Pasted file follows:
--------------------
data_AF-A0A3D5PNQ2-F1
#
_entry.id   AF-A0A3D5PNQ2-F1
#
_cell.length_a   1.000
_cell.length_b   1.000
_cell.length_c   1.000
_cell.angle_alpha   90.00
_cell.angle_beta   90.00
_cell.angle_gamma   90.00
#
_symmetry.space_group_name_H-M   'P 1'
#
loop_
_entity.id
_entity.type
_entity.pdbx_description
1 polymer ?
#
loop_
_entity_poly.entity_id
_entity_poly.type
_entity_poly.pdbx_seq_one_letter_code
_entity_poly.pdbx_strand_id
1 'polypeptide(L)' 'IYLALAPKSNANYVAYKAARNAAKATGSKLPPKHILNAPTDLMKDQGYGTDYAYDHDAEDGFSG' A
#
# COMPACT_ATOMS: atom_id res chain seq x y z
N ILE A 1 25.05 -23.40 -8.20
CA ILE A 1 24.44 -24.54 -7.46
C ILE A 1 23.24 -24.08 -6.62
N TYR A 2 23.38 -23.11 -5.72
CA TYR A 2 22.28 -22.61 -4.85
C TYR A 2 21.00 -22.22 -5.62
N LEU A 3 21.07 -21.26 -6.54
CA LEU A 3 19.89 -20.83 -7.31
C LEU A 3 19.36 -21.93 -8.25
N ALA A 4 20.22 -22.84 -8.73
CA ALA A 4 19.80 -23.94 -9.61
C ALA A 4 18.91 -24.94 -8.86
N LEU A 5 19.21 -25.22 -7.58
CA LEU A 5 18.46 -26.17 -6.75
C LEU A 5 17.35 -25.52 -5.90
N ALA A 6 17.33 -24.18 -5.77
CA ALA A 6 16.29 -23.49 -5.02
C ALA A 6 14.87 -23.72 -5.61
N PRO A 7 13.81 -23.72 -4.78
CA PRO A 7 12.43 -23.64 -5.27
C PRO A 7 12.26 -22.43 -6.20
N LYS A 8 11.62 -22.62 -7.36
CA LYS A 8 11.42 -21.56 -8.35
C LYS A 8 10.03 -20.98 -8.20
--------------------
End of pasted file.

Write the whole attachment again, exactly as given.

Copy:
data_AF-A0A3D5PNQ2-F1
#
_entry.id   AF-A0A3D5PNQ2-F1
#
_cell.length_a   1.000
_cell.length_b   1.000
_cell.length_c   1.000
_cell.angle_alpha   90.00
_cell.angle_beta   90.00
_cell.angle_gamma   90.00
#
_symmetry.space_group_name_H-M   'P 1'
#
loop_
_entity.id
_entity.type
_entity.pdbx_description
1 polymer ?
#
loop_
_entity_poly.entity_id
_entity_poly.type
_entity_poly.pdbx_seq_one_letter_code
_entity_poly.pdbx_strand_id
1 'polypeptide(L)' 'IYLALAPKSNANYVAYKAARNAAKATGSKLPPKHILNAPTDLMKDQGYGTDYAYDHDAEDGFSG' A
#
# COMPACT_ATOMS: atom_id res chain seq x y z
N ILE A 1 25.05 -23.40 -8.20
CA ILE A 1 24.44 -24.54 -7.46
C ILE A 1 23.24 -24.08 -6.62
N TYR A 2 23.38 -23.11 -5.72
CA TYR A 2 22.28 -22.61 -4.85
C TYR A 2 21.00 -22.22 -5.62
N LEU A 3 21.07 -21.26 -6.54
CA LEU A 3 19.89 -20.83 -7.31
C LEU A 3 19.36 -21.93 -8.25
N ALA A 4 20.22 -22.84 -8.73
CA ALA A 4 19.80 -23.94 -9.61
C ALA A 4 18.91 -24.94 -8.86
N LEU A 5 19.21 -25.22 -7.58
CA LEU A 5 18.46 -26.17 -6.75
C LEU A 5 17.35 -25.52 -5.90
N ALA A 6 17.33 -24.18 -5.77
CA ALA A 6 16.29 -23.49 -5.02
C ALA A 6 14.87 -23.72 -5.61
N PRO A 7 13.81 -23.72 -4.78
CA PRO A 7 12.43 -23.64 -5.27
C PRO A 7 12.26 -22.43 -6.20
N LYS A 8 11.62 -22.62 -7.36
CA LYS A 8 11.42 -21.56 -8.35
C LYS A 8 10.03 -20.98 -8.20